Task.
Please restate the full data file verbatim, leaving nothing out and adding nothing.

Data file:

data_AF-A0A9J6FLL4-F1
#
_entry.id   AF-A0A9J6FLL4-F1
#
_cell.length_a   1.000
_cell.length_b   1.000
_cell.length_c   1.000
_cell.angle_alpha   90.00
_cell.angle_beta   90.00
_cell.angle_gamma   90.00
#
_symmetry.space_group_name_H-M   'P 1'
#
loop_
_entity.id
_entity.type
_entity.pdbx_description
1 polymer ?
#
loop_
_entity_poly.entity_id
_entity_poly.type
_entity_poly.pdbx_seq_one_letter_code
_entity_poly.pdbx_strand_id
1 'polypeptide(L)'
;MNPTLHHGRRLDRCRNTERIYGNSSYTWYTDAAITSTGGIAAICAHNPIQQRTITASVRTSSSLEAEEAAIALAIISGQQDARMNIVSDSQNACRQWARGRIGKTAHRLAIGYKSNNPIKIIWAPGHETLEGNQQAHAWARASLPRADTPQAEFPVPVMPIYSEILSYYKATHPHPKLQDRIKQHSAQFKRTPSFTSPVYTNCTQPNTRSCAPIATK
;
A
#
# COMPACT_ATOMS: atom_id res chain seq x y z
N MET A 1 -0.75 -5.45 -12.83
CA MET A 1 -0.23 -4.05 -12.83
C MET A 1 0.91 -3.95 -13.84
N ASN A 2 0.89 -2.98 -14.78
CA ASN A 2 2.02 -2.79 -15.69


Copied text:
data_AF-A0A9J6FLL4-F1
#
_entry.id   AF-A0A9J6FLL4-F1
#
_cell.length_a   1.000
_cell.length_b   1.000
_cell.length_c   1.000
_cell.angle_alpha   90.00
_cell.angle_beta   90.00
_cell.angle_gamma   90.00
#
_symmetry.space_group_name_H-M   'P 1'
#
loop_
_entity.id
_entity.type
_entity.pdbx_description
1 polymer ?
#
loop_
_entity_poly.entity_id
_entity_poly.type
_entity_poly.pdbx_seq_one_letter_code
_entity_poly.pdbx_strand_id
1 'polypeptide(L)'
;MNPTLHHGRRLDRCRNTERIYGNSSYTWYTDAAITSTGGIAAICAHNPIQQRTITASVRTSSSLEAEEAAIALAIISGQQDARMNIVSDSQNACRQWARGRIGKTAHRLAIGYKSNNPIKIIWAPGHETLEGNQQAHAWARASLPRADTPQAEFPVPVMPIYSEILSYYKATHPHPKLQDRIKQHSAQFKRTPSFTSPVYTNCTQPNTRSCAPIATK
;
A
#
# COMPACT_ATOMS: atom_id res chain seq x y z
N MET A 1 -0.75 -5.45 -12.83
CA MET A 1 -0.23 -4.05 -12.83
C MET A 1 0.91 -3.95 -13.84
N ASN A 2 0.89 -2.98 -14.78
CA ASN A 2 2.02 -2.79 -15.69